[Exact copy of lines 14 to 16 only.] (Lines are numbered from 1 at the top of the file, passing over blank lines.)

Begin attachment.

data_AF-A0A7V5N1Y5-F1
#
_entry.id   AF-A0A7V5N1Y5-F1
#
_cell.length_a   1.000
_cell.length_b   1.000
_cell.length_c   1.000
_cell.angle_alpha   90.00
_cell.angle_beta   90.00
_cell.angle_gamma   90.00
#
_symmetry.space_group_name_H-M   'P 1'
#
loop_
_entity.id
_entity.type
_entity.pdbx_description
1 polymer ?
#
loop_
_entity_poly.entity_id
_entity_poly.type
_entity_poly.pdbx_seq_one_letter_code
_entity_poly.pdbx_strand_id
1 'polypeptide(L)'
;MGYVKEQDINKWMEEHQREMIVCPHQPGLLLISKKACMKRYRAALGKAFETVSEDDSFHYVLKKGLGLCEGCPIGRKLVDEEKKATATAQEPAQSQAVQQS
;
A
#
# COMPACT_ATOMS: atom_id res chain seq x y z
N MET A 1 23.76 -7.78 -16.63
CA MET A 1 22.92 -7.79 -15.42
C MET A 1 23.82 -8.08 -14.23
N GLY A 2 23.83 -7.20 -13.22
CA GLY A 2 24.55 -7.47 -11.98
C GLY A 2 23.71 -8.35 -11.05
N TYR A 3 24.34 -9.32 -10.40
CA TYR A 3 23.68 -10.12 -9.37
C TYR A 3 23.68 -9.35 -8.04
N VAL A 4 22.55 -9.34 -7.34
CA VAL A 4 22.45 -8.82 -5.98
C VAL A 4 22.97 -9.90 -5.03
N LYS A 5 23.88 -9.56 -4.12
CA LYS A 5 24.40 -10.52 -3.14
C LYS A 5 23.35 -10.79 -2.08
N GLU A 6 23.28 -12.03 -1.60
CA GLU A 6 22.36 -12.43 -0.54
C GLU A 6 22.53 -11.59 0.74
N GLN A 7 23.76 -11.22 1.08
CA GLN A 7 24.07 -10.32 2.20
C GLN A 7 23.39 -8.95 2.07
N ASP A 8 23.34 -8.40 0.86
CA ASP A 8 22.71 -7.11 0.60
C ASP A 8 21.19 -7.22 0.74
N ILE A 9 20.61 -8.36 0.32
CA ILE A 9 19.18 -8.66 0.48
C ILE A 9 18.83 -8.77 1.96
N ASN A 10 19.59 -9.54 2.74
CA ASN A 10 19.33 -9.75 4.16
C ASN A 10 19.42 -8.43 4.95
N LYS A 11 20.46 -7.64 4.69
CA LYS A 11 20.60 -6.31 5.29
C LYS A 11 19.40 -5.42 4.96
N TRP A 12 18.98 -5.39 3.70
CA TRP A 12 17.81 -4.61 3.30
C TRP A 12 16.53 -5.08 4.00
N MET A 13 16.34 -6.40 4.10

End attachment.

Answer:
loop_
_entity.id
_entity.type